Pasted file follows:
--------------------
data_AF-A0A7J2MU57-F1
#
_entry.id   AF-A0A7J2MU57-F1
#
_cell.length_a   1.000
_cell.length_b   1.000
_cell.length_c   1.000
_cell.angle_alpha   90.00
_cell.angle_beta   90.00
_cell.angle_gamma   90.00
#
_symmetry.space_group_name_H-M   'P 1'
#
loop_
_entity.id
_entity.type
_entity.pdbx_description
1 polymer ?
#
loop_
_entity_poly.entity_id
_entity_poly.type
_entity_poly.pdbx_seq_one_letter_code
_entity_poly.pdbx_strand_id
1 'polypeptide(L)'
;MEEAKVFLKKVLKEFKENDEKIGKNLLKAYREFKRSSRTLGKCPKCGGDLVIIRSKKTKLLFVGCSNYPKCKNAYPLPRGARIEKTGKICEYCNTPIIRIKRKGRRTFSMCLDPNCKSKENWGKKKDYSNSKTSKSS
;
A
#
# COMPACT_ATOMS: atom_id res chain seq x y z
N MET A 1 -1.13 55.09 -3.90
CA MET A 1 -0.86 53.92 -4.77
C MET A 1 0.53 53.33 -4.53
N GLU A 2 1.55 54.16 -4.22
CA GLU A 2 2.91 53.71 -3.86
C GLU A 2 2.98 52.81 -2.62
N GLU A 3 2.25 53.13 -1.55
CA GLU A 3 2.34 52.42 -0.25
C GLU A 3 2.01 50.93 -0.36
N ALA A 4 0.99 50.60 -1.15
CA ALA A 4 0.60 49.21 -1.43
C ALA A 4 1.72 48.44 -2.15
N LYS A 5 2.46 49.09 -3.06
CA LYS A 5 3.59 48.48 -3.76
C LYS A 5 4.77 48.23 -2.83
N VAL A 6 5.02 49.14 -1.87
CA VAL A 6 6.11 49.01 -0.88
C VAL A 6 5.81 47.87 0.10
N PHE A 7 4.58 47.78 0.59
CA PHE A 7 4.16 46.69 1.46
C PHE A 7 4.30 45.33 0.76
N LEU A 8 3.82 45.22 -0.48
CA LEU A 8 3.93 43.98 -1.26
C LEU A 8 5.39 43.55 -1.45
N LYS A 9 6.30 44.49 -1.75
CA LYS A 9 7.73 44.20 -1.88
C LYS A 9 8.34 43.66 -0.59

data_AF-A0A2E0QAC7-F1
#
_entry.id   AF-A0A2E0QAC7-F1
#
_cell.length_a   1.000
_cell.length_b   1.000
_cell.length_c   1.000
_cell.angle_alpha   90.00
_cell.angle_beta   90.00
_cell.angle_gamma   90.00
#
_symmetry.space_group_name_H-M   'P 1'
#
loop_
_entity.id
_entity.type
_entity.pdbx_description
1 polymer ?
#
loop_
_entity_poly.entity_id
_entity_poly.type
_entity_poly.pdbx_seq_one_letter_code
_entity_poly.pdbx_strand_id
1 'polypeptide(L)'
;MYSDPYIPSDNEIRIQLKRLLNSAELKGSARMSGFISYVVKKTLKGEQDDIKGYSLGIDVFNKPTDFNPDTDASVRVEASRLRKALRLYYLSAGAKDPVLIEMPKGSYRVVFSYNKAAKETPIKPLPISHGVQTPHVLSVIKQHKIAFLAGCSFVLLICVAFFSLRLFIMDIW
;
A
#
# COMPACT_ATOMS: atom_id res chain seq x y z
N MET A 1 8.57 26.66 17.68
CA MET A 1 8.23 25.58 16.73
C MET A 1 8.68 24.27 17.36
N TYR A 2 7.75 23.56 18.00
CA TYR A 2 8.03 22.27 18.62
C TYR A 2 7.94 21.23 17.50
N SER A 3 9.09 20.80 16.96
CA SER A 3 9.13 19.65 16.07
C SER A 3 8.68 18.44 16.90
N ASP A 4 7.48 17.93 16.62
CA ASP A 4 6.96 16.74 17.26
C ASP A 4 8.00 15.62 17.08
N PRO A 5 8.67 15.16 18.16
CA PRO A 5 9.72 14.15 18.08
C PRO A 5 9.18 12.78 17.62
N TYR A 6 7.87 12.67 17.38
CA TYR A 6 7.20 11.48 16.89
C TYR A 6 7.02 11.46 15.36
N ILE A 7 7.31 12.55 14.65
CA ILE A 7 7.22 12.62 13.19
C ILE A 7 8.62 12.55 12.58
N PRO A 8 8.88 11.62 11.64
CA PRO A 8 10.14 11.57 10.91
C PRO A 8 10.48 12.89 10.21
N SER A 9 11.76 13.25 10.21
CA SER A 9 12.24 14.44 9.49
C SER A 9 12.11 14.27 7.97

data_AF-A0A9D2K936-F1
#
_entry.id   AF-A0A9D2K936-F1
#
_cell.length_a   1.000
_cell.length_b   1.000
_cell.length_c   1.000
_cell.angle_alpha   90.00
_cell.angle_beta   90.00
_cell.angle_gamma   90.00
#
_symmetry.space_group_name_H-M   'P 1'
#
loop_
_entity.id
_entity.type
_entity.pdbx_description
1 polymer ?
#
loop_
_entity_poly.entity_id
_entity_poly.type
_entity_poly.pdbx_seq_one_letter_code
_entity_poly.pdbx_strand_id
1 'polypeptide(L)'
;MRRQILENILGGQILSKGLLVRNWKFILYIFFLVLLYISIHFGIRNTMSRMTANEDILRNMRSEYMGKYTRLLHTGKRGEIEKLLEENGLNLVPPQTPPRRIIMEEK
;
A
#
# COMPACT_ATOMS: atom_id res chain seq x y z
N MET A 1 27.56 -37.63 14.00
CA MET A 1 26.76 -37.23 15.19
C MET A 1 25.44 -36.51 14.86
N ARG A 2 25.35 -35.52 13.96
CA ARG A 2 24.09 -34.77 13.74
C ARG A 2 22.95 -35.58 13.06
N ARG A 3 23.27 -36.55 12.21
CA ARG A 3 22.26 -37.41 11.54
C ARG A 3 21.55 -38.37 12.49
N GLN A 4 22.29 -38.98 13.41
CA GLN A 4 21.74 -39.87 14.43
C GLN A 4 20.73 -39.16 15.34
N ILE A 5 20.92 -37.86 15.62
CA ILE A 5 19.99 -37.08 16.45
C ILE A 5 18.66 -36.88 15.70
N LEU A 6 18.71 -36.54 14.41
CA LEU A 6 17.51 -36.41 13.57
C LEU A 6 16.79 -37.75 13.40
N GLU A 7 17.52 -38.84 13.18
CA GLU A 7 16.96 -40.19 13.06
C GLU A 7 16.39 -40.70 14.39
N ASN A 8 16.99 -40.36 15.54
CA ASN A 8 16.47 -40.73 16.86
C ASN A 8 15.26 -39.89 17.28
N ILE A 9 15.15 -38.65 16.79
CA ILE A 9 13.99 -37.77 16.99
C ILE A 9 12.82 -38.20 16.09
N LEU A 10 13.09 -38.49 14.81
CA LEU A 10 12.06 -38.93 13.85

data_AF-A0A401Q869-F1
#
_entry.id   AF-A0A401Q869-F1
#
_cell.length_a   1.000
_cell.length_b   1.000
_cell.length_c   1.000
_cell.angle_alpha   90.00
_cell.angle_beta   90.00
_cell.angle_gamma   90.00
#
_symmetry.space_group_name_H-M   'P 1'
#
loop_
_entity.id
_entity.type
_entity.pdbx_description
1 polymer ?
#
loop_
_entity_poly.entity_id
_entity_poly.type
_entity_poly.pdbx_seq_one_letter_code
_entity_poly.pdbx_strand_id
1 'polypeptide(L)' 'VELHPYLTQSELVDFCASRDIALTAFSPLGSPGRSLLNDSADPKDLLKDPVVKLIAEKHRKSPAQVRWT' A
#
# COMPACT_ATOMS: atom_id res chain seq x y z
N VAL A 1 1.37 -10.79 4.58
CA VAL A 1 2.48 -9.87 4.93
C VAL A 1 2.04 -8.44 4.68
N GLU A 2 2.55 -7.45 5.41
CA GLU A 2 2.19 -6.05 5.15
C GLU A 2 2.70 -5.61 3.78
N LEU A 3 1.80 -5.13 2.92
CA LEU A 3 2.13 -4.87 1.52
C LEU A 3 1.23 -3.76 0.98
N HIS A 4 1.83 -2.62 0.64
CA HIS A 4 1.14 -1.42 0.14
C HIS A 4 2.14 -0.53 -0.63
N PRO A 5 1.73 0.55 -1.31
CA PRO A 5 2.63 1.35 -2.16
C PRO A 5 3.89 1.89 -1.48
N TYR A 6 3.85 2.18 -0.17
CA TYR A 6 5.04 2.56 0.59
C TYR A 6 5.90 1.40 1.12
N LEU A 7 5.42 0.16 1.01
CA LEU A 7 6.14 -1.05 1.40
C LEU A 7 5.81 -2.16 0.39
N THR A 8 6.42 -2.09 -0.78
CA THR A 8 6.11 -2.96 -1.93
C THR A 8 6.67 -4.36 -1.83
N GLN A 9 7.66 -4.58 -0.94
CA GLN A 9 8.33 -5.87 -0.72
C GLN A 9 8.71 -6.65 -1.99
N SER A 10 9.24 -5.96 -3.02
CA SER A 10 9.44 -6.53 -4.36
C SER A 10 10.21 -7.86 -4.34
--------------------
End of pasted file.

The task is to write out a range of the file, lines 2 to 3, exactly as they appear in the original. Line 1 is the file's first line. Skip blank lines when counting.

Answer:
#
_entry.id   AF-A0A7J2MU57-F1